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A Story About Imposter Syndrome, Community and Getting Real

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One year ago today, with exactly zero sleep and a body flooded with blinding anxiety, I stood up in front of a group of people gathered for the first Women Who Cowork retreat, in Austin, Texas.

I was there to teach a workshop on using content to market a coworking space, and I was not feeling good about it.

The night before was lovely. I ate veggie food at a famous Austin barbeque joint with a circle of new and old coworking friends, then headed up to the hills and spent the next several hours under the Texas stars with a bunch of dogs, snuggled up in a handmade quilt, swapping stories with my dear friends Daryn and Amy.

When I went to bed, the anxiety started:

What if something goes wrong tomorrow?

What if I forget what I’m talking about?

What if I don’t know what I’m talking about?

Oh, my God, what if I actually have no clue what I’m doing and am a complete hack?

What if this whole thing is bullshit?

What am I even doing here?

Why did I put myself in this situation?

Why am I even trying to do anything?

Who am I to step out into the world and try to do something?

Why did I ever leave my record store job?

I wonder if they’ll take me back?

I can’t do this.

I’m going to tell them I’m sick.

I’m going to see what flights are available and just leave.

I’m going to walk away from this whole thing.

I don’t want to do anything.

I can’t do anything.

I’m completely fucked.

I did this all. night. long.

Around 4am, I gave up on the idea that I was going to get any sleep, and I got up.

If you’ve experienced anxiety, this scenario is probably not foreign to you.

On the ride back into Austin, I mentally went over my workshop. When we arrived at Soma Vida, the space we were retreating in, my friend Bo suggested that we go into one of the rooms and do some energy work. I wholeheartedly agreed and will forever be grateful to Bo for extending that kindness to me.

On that therapy room floor, Bo and I had a conversation with my out-of-control solar plexus. We thanked it for watching out for me. We assured it that, yes, it was risky and scary to put ourselves out there, but that our best life was on the other side of the fear.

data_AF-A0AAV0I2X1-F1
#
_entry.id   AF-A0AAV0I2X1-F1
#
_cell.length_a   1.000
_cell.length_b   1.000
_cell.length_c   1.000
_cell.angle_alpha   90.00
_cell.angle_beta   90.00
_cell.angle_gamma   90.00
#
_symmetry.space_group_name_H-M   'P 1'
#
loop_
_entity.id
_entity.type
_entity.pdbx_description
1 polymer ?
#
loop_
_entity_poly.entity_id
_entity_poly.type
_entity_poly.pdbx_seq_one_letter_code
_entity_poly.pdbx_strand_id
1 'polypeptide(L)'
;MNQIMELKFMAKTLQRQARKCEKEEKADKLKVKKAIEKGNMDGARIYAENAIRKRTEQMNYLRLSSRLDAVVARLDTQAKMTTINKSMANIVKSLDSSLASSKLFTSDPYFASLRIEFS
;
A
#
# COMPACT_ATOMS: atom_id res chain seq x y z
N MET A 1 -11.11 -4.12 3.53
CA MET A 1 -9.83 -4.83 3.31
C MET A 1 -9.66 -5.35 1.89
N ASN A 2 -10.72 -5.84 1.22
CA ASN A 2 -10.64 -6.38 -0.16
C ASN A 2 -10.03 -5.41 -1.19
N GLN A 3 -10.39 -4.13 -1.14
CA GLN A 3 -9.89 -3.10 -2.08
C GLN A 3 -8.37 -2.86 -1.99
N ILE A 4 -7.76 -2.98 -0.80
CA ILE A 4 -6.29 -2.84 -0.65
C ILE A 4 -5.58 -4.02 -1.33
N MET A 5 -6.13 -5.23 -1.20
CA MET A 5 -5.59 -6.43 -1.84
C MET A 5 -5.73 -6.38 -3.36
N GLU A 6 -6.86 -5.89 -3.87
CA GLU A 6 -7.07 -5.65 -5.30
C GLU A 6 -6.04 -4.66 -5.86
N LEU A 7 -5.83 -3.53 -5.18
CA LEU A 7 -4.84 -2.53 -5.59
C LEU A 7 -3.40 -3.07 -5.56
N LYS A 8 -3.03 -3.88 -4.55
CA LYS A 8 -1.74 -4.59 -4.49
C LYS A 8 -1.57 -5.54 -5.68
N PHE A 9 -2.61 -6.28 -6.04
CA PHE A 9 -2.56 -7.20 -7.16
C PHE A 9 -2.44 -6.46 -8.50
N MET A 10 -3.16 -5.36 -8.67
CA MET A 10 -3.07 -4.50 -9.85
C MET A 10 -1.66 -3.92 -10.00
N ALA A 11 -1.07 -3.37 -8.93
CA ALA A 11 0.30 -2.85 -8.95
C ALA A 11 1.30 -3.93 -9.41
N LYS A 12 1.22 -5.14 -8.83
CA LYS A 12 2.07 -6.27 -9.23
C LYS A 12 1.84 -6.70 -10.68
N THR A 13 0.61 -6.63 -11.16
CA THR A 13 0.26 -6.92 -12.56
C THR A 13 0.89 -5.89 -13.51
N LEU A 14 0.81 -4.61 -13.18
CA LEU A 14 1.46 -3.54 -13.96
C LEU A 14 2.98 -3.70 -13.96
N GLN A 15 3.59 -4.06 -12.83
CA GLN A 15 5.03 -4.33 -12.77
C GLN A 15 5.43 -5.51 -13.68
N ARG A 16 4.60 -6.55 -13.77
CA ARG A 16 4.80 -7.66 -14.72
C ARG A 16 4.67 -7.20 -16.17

We went upstairs and joined the morning session of the retreat.

My workshop went off without a hitch.

Once I started talking about content, the floodgates opened and a ton of information (probably more than the women gathered wanted to know) and strategies poured out of me. People scribbled furiously in their notebooks, bombarded me with questions, and added their own insights and feedback for the other participants.

It wasn’t perfect, but it was pretty good.

I had a few minutes to spare at the end, so I decided to share what was really going on.

I told the women about my sleepless night and my imposter syndrome flare-up. My intention was just to let them know that, when they feel like they’re not good enough to be doing what they’re doing, that they are—and that they’re not alone.

What happened next is one of my favorite coworking moments of all time. My friend Iris got up and gave me a hug; then Angel joined in; then Shelley; then Laura. It resulted in the above photo.

What happened after the hug transformed how I think about my life and work.

People wanted to talk with me about feeling like an imposter; about feeling like they didn’t have what it takes; about being brave enough to put themselves out into the world; about trusting themselves and the moment.

No one wanted to talk with me about content marketing.

They wanted to get real.

It was a profound lesson.

Regardless of your title or position, know that below what you do is who you are. That’s what people connect with.

It’s not your fabulousness, or career success, or wealth, or professional network.

It’s you.

Don’t be afraid to be real.

That’s where the good stuff is.

Your coworking space is amazing. Your marketing should be too.

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